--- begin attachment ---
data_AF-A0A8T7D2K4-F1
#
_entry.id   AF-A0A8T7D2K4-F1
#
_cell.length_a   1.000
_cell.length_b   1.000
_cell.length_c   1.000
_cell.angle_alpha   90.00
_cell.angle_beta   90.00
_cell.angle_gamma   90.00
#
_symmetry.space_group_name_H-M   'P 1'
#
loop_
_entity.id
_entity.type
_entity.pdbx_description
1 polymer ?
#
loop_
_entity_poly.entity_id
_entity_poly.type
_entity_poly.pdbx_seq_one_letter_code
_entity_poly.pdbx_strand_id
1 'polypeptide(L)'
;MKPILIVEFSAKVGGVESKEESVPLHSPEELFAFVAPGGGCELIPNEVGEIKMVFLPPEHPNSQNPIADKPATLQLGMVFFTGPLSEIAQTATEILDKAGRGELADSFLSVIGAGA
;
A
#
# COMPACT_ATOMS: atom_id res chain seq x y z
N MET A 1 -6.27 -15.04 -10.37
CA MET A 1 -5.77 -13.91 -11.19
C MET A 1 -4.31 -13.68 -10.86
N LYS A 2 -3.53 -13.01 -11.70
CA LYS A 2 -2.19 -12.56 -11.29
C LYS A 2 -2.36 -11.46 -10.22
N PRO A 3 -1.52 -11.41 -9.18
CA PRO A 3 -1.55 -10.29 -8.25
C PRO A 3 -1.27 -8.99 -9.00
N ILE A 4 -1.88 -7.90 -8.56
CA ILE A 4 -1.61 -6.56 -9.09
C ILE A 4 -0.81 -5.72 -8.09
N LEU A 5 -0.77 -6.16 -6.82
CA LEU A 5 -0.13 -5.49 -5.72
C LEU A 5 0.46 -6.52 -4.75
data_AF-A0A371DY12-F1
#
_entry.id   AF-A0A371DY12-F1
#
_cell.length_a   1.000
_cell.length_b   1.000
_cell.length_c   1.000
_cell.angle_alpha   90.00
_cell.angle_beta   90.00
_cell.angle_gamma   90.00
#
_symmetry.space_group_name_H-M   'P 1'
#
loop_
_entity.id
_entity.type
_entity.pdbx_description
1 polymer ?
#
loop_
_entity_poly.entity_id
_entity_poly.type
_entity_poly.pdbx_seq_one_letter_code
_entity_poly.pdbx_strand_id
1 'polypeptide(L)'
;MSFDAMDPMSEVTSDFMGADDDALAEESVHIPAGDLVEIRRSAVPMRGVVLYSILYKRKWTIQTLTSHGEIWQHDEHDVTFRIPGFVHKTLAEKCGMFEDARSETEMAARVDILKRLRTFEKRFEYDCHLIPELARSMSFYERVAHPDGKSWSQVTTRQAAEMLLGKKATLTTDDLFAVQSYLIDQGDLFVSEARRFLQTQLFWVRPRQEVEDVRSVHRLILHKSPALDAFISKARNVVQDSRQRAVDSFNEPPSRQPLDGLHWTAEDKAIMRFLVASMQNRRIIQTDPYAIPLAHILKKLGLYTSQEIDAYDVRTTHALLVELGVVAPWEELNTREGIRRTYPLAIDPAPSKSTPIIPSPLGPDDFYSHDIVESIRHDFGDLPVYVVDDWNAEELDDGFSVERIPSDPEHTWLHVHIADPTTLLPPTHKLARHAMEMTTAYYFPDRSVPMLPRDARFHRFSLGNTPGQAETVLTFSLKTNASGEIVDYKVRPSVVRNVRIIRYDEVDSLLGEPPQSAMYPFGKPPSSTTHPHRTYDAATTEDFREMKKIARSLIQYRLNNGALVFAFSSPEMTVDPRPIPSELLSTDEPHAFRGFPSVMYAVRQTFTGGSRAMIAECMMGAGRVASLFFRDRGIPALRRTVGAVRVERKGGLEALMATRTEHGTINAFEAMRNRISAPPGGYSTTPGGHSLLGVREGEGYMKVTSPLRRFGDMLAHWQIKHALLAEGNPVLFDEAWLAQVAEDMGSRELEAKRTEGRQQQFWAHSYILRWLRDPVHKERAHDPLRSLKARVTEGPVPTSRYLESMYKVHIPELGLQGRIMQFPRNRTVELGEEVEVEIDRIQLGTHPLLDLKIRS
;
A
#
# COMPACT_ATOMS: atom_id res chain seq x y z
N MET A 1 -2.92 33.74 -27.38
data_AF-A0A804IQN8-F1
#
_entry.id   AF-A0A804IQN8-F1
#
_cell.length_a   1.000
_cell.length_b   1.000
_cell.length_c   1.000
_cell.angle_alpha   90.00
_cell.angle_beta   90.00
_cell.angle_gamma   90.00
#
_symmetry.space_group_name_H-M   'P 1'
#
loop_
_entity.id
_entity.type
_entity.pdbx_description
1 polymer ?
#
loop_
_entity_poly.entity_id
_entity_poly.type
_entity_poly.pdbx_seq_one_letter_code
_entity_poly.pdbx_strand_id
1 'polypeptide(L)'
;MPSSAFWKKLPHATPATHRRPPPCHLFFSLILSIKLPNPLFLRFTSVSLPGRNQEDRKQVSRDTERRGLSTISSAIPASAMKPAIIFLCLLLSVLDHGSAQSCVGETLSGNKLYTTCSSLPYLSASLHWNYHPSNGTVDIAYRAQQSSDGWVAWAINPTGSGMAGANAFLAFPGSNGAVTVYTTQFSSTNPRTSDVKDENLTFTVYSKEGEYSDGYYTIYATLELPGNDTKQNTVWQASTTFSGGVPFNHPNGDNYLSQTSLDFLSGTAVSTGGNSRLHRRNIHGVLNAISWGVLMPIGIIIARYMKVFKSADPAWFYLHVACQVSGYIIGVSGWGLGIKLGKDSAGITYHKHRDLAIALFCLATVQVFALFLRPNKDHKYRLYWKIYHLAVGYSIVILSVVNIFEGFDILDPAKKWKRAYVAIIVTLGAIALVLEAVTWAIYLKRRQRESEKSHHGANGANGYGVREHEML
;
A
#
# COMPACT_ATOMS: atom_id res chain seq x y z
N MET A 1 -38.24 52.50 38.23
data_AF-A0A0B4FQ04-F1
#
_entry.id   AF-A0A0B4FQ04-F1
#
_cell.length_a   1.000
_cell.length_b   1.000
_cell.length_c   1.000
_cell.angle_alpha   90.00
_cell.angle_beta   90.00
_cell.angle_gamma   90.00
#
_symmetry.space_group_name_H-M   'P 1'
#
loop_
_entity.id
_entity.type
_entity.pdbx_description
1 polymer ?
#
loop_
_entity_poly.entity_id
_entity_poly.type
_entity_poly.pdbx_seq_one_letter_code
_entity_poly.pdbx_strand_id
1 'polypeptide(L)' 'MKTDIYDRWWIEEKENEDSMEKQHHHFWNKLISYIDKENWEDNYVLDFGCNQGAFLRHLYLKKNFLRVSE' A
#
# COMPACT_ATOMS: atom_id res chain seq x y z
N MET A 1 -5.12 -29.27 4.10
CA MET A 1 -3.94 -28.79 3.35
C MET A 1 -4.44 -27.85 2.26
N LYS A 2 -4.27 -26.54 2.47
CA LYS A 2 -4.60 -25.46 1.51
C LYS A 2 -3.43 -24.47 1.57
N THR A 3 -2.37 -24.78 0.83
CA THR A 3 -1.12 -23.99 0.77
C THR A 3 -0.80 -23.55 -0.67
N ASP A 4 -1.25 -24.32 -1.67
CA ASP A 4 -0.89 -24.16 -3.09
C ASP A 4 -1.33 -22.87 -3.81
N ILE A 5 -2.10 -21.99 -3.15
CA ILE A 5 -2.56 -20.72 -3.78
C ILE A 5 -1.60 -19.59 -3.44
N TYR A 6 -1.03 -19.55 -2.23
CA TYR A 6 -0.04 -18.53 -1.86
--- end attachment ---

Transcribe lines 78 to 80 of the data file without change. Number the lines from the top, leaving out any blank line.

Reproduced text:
#
_entry.id   AF-A0A804IQN8-F1
#